As with the eBay model, there are a number of critical distinctions between penny auctions and conventional auctions. Penny auctions like eBay selling are not moderated by geography per se, with participation from a number of geographically dispersed individuals possible.

Unlike traditional auctions, all bidding occurs anonymously through electronic means rather than open outcry. The essentially anonymous nature of penny auctions arguably results in greater information asymmetries than conventional auctions. While buyers are able to benefit from knowledge of other buyers bids, through real time observance, it is impractical to track the level of cost “sunk” (how many bid units have been expended) in the bidding process by any given bidder through the observance of rivals (For further discussion of proximate issues, see [18] [19] ). These inconsistencies with conventional auction structures make the penny auction model so worrisome.

However, consistent with conventional auctions occurring in the real world and in direct contrast with eBay selling, penny auction providers do appear to operate as “auctioneers” or in a manner similar in both function and form to auctioneers rather than as platform providers. Rather than providing a platform for buyers and sellers, the penny “auctioneers” offer new goods for sale having determined merchantability/saleability, quality, quantity and authenticity of the goods. It is perhaps this similarity that is the greatest cause for consternation.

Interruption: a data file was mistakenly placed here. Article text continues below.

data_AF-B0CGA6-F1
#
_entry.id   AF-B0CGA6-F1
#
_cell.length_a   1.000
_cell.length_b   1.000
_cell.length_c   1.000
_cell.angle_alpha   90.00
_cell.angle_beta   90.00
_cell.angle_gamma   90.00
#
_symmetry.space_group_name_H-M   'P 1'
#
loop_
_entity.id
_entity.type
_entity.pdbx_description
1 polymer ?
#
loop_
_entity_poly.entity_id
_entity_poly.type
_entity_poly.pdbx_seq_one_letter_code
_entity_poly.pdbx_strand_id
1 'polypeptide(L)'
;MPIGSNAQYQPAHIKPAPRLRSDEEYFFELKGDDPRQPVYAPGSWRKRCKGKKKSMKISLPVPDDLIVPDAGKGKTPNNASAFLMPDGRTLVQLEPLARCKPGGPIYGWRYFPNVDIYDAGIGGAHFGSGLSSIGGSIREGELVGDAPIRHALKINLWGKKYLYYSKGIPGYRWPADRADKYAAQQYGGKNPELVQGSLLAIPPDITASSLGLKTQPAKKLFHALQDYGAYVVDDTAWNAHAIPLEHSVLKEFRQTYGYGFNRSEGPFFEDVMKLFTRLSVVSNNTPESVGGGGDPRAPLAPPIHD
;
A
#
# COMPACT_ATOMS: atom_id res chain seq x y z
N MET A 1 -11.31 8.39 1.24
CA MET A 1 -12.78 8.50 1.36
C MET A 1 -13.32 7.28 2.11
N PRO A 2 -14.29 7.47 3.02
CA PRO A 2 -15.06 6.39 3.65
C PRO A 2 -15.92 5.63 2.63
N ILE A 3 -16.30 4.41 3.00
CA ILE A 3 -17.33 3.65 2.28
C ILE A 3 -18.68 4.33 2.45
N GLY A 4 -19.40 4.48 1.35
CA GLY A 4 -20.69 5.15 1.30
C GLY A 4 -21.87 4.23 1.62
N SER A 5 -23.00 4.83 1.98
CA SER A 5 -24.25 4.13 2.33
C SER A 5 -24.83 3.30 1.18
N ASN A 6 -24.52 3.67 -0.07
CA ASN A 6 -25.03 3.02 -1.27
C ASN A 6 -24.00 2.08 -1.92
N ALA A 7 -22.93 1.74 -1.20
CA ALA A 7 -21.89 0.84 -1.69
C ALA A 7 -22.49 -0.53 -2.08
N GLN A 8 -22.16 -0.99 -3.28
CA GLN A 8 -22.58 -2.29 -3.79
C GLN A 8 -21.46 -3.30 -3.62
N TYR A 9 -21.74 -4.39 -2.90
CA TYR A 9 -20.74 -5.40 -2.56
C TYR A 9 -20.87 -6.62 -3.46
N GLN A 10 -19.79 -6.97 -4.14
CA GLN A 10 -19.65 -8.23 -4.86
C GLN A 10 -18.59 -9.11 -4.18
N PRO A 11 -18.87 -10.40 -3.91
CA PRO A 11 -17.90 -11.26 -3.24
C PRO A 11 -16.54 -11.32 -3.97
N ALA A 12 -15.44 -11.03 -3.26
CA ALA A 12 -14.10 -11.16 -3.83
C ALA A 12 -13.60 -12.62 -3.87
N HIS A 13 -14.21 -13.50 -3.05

There appears to be little regulation moderating the activities of purveyors of such online auction models. The law appears remarkably inconsistent in its treatment of auctioneers operating through open outcry models and those offering similar services through computer moderated means.

3.1.9. Penny Auctions an Economic Model

Let us consider penny auctions in economic terms P(x) equals the probability of an individual bidding x, therefore the cumulative of each bidder bidding x number of bids must be quantified. Consider the probability of a sequence of three bids denoted below.

P ( x ) × P ( x ) × P ( x ) = [ P ( x ) ] 3

As noted the probability that a participant will bid x is P(x), therefore the cumulative probability is n − 1.

P ( x ) ( n 1 )

Let us assume that all bids made by each bidder equate to x, so x equals the total number or sum of bids, and u is the total number of bid units. If we assume that all bidders have the same number of bids and bid sequentially then it does not matter if u is 1 or 100 or 1000. If u is 1 the x = u.

P ( x ) = ( u ) ( n 1 )